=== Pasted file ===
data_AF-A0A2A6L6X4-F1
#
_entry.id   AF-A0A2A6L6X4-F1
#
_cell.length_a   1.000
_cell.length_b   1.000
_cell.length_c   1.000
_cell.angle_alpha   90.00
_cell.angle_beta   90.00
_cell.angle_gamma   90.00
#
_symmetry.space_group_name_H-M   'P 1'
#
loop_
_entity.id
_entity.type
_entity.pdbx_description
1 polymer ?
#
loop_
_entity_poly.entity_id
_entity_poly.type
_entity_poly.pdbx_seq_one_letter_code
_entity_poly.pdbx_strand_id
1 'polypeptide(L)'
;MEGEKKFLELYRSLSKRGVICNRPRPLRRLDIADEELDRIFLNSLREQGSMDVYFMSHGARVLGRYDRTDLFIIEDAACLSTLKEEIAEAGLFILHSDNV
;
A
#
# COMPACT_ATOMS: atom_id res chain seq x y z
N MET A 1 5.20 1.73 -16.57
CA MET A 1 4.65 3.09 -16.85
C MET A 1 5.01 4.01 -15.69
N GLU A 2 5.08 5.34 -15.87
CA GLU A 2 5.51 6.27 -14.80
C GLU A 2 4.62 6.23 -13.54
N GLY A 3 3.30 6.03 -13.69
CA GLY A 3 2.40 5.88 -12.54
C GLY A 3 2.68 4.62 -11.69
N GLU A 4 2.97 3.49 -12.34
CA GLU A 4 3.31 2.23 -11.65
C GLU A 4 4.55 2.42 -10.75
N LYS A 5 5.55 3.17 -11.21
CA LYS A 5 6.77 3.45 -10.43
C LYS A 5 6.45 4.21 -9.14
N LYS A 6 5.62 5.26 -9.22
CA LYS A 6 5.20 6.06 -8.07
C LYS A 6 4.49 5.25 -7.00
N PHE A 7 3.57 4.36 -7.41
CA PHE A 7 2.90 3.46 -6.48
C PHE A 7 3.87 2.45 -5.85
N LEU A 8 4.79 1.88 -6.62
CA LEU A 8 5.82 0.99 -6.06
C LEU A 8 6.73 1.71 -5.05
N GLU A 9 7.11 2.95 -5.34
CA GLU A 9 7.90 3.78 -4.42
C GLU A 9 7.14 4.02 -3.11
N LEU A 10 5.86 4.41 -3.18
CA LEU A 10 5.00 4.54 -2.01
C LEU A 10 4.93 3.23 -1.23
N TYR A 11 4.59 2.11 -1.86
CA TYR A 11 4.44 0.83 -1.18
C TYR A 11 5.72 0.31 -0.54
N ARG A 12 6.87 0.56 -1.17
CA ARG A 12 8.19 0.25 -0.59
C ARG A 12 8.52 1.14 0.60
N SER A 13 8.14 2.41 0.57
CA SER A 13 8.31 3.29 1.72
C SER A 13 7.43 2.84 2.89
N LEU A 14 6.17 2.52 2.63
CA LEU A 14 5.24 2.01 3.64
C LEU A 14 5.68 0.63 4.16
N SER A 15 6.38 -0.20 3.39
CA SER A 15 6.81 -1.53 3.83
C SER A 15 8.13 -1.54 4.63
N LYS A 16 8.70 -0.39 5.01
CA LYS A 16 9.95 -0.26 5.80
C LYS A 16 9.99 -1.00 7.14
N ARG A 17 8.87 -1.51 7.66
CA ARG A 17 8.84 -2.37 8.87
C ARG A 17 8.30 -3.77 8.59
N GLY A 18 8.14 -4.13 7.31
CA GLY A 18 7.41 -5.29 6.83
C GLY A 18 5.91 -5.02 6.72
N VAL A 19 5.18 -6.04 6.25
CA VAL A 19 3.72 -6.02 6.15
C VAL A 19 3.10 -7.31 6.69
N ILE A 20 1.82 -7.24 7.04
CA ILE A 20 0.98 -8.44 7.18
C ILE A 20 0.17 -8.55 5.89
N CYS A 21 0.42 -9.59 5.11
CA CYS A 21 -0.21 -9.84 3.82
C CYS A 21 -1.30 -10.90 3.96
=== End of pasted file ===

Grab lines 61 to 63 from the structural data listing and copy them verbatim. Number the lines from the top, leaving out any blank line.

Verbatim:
N TYR A 11 4.59 2.11 -1.86
CA TYR A 11 4.44 0.83 -1.18
C TYR A 11 5.72 0.31 -0.54